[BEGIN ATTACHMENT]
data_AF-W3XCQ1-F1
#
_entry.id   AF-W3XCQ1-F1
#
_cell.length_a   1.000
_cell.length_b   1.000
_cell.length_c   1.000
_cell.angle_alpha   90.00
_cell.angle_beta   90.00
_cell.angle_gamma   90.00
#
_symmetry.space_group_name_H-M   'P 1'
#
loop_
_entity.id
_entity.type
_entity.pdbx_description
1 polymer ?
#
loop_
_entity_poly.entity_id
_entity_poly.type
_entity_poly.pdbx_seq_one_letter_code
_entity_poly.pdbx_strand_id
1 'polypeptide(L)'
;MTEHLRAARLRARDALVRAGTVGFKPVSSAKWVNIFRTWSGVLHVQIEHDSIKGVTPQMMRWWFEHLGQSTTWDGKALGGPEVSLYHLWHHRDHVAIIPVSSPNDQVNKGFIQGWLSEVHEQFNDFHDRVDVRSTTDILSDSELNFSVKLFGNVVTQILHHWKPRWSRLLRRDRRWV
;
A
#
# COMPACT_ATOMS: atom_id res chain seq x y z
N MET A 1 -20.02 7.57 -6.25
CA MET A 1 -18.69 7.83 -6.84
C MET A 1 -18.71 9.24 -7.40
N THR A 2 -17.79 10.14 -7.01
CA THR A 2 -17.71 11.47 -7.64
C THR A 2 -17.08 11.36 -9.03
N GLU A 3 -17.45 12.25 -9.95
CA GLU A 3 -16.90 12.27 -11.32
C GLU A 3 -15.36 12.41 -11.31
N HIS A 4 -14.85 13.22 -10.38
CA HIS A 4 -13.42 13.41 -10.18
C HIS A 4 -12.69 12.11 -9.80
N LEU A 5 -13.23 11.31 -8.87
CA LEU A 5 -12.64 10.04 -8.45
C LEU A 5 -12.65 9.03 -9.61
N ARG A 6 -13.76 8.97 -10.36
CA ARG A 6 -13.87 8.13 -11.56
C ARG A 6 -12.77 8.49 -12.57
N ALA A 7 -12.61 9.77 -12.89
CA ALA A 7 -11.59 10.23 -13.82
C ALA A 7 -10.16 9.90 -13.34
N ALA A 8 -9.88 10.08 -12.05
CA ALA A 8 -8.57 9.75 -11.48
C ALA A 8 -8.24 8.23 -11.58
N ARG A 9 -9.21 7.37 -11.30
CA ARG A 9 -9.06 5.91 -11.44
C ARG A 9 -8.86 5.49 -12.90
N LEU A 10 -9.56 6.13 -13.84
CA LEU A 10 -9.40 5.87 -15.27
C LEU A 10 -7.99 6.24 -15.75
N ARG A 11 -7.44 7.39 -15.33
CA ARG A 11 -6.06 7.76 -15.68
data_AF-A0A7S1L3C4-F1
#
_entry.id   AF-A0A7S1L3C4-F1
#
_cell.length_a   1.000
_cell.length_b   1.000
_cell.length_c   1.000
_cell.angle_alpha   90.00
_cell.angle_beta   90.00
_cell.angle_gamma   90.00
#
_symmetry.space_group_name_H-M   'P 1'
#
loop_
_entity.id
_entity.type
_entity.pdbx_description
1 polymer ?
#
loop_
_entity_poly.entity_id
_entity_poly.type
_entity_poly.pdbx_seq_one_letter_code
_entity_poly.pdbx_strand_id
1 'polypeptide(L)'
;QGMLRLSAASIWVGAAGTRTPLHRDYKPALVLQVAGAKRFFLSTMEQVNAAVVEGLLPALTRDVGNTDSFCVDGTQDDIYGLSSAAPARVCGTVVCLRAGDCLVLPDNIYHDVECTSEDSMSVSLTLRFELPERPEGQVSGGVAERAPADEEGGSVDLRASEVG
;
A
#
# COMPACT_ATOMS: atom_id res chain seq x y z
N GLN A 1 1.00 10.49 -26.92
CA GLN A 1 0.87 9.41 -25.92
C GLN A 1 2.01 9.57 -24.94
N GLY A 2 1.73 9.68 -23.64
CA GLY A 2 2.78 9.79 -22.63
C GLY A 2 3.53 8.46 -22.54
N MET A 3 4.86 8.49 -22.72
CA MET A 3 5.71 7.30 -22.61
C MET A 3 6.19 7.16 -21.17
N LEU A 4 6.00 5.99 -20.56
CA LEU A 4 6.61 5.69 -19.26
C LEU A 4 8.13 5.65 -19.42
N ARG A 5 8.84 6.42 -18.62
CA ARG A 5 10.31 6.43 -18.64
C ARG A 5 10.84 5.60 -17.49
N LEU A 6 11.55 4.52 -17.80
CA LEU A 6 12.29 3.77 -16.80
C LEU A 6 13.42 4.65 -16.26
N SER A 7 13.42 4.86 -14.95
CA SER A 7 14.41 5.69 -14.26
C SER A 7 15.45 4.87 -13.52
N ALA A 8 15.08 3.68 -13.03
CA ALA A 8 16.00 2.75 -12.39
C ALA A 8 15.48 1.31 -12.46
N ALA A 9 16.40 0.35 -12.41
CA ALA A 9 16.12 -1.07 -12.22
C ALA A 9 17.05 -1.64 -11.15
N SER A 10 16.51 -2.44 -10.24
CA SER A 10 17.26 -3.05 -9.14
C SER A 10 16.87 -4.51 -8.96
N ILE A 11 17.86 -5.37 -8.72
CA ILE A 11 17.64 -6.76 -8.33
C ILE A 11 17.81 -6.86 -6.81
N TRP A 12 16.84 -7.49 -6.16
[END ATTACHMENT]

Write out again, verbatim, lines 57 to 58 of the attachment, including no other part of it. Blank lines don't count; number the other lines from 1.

C ARG A 9 -8.86 5.49 -12.90
N LEU A 10 -9.56 6.13 -13.84